What Book Did You Read Last Night??? (2 Viewers)

jonah

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Oh yes, not looking for a book about grief, more something that can facilitate feeling in a tender way!
<3 I get you, misunderstood. Banana Yoshimoto, if you're looking for fiction? You know I stan Kitchen with the force of a thousand armies.
 

jonah

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I know she hates escapism, but its possible for people to approach literature in, I don't know, their own way like.
 

Cornu Ammonis

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I need to start reading LeGuin. The only thing I've read of hers is an introduction she wrote to Roadside Picnic (the book that was made into Stalker) and it was better than the actual novel.
 

jonah

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Like LeGuin, when someone accuses work that is incredibly moving and powerful and, well, life-altering of being "escapist" I flip out a bit.
Well theres a difference between describing a work of being "escapist", which I did not do, and saying one can use it as escapism from grief. So you know, read what I said.
 

Bernie Lomax

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I went back through what I've read across the past 7 or 8 years and it turns out I've read very little that fits your criteria. Here's a list of gothic and weird fiction from the past 12 years (not all novels, some are short story collections,in two cases the material inside is older, and some of these I've covered in the recent posts):
The Dummy & Other Uncanny Stories - Nicholas Royle (2018)
Genuinely one of the best collections of stories I've read ever. I only read it a few months ago (it's fairly new) and I actually want to read it again already. It's published by Swan River Press in Dublin so you'd be supporting a great publisher but it is pricier than your average book because it's a small press edition.

Sparks in the Fire - Rosalie Parker (2018)
See my previous posts.

The Devil’s Hoof – Jonathon Barry (2017)
Gothic novel set in south Dublin/north Wicklow, based around nefarious goings-on at the Hellfire Club. A British officer is sent out to investigate grisly murders and all sorts of divilment is afoot. It's grand, mainly interesting for its setting for me, but not amazing.

The House of Silence – Avalon Brantly (2017)
This is a very special book and not one to go in to lightly. It's a sequel to William Hope Hodgson's The House on the Borderland (1908) which is basically the greatest work of weird fiction ever published. It is in a different league entirely to anything Lovecraft managed to conjure up (and Lovecraft cites Hodgson as an influence). So if you haven't read that, not only is this book wasted on you, you need to read it anyway because it's amazing. It is also worth reading Hodgson's last novel, The Night Land (1912), an expressionist romance based in a post-apocalyptic world where humanity has retreated to giant glass pyramids because the world has been plunged into darkness and monsters are everywhere. It's a difficult but I think hugely underrated book that Brantley's The House of Silence is best appreciated in light of it. The only problem is that The House of Silence is currently only available as a very expensive limited edition that costs over a €200 new from the publisher. I got the less limited edition (which was still expensive at around €50-60) but that appears to be sold out. Not sure if it's available electronically but it is brilliant and worth all of the above effort.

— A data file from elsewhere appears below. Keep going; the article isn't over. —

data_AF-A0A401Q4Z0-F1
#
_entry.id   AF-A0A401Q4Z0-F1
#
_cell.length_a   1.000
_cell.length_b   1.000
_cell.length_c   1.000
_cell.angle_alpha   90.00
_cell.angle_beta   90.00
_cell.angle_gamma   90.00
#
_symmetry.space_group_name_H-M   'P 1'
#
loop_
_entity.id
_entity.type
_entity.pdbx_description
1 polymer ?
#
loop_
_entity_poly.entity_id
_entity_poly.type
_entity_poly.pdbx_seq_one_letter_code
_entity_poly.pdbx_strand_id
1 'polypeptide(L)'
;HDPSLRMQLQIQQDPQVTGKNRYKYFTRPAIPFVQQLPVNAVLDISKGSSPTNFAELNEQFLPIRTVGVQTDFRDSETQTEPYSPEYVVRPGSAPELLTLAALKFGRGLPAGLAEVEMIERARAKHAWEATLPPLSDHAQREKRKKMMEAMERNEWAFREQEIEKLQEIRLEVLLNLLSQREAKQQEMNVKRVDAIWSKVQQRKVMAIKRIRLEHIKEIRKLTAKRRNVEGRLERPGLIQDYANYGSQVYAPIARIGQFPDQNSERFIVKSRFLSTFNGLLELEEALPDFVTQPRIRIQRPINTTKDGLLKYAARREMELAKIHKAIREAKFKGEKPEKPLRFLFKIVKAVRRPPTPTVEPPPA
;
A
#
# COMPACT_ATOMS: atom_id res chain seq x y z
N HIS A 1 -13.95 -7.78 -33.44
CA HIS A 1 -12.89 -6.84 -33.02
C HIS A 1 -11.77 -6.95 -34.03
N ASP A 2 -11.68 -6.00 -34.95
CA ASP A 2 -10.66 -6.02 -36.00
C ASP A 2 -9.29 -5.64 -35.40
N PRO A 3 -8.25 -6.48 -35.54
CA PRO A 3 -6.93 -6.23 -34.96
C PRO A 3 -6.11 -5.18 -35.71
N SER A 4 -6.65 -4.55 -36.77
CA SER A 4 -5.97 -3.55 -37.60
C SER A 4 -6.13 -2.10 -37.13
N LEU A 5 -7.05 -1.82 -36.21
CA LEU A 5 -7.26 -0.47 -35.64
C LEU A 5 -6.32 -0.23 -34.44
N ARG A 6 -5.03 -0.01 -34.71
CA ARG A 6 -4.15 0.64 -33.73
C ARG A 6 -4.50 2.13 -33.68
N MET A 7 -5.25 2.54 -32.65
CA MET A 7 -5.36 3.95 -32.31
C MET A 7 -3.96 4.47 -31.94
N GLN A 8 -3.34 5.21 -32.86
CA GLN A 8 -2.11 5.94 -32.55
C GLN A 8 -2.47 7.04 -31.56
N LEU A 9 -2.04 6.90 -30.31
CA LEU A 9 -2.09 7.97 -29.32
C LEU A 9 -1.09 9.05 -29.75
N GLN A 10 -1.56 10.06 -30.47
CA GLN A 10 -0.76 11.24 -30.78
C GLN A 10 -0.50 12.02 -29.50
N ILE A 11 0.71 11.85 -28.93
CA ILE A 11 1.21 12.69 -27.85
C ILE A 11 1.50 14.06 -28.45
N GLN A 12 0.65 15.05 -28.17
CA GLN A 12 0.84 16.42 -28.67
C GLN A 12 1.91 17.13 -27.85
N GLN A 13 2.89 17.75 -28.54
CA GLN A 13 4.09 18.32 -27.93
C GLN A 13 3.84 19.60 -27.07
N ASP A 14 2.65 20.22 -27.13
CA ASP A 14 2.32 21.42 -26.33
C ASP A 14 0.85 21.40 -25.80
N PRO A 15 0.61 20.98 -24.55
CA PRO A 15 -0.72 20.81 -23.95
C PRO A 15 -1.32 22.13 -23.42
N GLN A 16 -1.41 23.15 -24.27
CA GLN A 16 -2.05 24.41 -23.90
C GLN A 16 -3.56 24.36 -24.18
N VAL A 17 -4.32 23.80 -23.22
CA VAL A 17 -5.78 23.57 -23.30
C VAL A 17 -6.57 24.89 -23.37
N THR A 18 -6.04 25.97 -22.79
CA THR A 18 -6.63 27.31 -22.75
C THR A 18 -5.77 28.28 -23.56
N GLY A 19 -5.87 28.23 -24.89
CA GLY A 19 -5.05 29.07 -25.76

The Moons at Your Door – Various, edited by David Tibet (2016)
Anthology of Tibet's favourite stories, most of them are old. Some are obscure so worth delving into to try new authors.

Muladona - Eric Stener Carlson (2016)
See my previous posts.

The Spectral Link – Thomas Ligotti (2014)
Short novel by Ligotti that I read when it came out and remember nothing about it apart from feeling underwhelmed by it.

The Loney - Andrew Michael Hurley (2014)
You've probably read this but it's one that most people seem to really dig. I liked it up to a point (the atmosphere is top notch) but felt it fizzled out at the end.

Flowers of the Sea - Reggie Oliver (2013)
See my previous posts.

Teatro Grottesco – Thomas Ligotti (2006)
A collection of Ligotti's best short stories and possibly the most important weird fiction since the days of Lovecraft/Hodgson/Ashton Smith/Machen. Essential.
This is great, thanks! I've read a bit of Ligotti and Andrew Michael Hurley but the others are new to me. The Dummy sounds really up my street so will have a look for that next.
 

Positive Marlene